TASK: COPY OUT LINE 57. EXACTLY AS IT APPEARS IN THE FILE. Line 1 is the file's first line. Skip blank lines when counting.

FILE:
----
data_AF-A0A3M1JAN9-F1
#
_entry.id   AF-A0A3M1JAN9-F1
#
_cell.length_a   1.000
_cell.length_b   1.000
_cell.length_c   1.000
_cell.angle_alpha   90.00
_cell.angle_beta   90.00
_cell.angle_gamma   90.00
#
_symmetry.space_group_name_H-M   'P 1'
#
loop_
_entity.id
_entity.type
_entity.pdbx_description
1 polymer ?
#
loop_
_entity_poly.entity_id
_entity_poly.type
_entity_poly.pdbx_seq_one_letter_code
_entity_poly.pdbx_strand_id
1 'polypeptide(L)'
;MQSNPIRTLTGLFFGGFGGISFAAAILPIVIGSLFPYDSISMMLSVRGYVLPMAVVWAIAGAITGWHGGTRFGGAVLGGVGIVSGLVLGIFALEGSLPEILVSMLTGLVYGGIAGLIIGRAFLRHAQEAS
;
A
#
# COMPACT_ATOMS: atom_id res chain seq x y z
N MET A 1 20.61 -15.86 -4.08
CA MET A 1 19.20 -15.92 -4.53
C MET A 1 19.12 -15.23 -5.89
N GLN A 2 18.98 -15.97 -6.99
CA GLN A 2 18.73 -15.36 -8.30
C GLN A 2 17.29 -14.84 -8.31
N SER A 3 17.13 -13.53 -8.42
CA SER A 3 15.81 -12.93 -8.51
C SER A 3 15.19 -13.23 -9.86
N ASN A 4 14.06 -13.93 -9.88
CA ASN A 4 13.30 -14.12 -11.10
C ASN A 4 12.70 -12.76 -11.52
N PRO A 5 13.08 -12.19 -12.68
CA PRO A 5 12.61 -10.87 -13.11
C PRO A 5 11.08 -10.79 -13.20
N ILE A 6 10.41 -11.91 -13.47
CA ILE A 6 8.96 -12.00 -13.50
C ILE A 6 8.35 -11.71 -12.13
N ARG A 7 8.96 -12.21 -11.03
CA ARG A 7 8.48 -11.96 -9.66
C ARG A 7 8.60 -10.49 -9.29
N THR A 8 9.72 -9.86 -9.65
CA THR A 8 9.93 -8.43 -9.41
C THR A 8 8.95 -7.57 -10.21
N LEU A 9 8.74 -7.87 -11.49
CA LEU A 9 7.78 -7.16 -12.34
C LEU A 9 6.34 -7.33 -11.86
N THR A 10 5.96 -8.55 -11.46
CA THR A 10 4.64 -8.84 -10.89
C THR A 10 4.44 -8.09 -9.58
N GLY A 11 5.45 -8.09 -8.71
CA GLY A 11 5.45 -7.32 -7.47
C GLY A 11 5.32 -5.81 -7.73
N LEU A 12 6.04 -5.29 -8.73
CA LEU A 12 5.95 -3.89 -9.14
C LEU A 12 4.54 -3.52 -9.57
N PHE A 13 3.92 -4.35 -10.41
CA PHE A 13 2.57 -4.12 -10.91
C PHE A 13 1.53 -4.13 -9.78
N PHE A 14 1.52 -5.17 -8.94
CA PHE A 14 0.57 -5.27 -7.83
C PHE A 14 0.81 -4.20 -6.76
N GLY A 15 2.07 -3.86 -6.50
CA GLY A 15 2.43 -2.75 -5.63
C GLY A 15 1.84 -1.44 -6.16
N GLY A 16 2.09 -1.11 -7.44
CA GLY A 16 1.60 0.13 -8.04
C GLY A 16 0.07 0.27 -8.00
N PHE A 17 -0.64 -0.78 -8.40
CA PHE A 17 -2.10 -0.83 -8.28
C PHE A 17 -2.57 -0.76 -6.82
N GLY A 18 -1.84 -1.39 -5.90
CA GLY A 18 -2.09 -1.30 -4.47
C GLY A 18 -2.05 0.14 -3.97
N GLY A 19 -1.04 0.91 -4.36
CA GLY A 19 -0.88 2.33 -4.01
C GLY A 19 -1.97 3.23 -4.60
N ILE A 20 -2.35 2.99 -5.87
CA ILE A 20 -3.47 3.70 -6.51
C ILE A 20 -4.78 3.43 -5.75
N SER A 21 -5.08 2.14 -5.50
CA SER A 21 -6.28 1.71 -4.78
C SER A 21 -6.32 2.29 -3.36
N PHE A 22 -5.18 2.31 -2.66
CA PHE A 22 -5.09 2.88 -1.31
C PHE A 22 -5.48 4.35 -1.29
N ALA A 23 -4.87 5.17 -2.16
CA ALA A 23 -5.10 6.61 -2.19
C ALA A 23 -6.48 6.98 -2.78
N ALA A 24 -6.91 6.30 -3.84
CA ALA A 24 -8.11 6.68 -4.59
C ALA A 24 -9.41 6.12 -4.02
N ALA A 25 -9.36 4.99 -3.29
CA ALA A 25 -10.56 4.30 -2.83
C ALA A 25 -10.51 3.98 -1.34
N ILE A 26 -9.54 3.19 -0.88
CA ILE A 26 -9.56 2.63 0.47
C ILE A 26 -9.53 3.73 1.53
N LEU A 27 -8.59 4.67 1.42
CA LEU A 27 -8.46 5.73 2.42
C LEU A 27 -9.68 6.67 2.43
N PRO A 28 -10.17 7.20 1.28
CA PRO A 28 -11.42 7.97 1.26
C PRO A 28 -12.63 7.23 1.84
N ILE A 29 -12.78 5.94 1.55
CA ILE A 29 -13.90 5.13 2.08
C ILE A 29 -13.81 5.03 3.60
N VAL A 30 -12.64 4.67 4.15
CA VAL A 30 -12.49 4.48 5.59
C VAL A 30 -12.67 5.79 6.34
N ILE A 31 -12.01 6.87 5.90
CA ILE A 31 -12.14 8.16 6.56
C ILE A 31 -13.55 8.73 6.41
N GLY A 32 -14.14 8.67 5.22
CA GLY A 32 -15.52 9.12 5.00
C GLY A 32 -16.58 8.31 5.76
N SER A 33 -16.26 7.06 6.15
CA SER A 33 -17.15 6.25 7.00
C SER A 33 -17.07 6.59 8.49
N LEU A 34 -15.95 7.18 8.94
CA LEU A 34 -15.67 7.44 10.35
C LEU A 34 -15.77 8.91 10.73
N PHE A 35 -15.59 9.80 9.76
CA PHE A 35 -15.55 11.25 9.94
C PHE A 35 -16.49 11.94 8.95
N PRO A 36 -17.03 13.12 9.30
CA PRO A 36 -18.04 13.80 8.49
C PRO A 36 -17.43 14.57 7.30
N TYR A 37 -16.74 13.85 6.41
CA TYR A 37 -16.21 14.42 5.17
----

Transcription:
C LEU A 9 6.34 -7.33 -11.86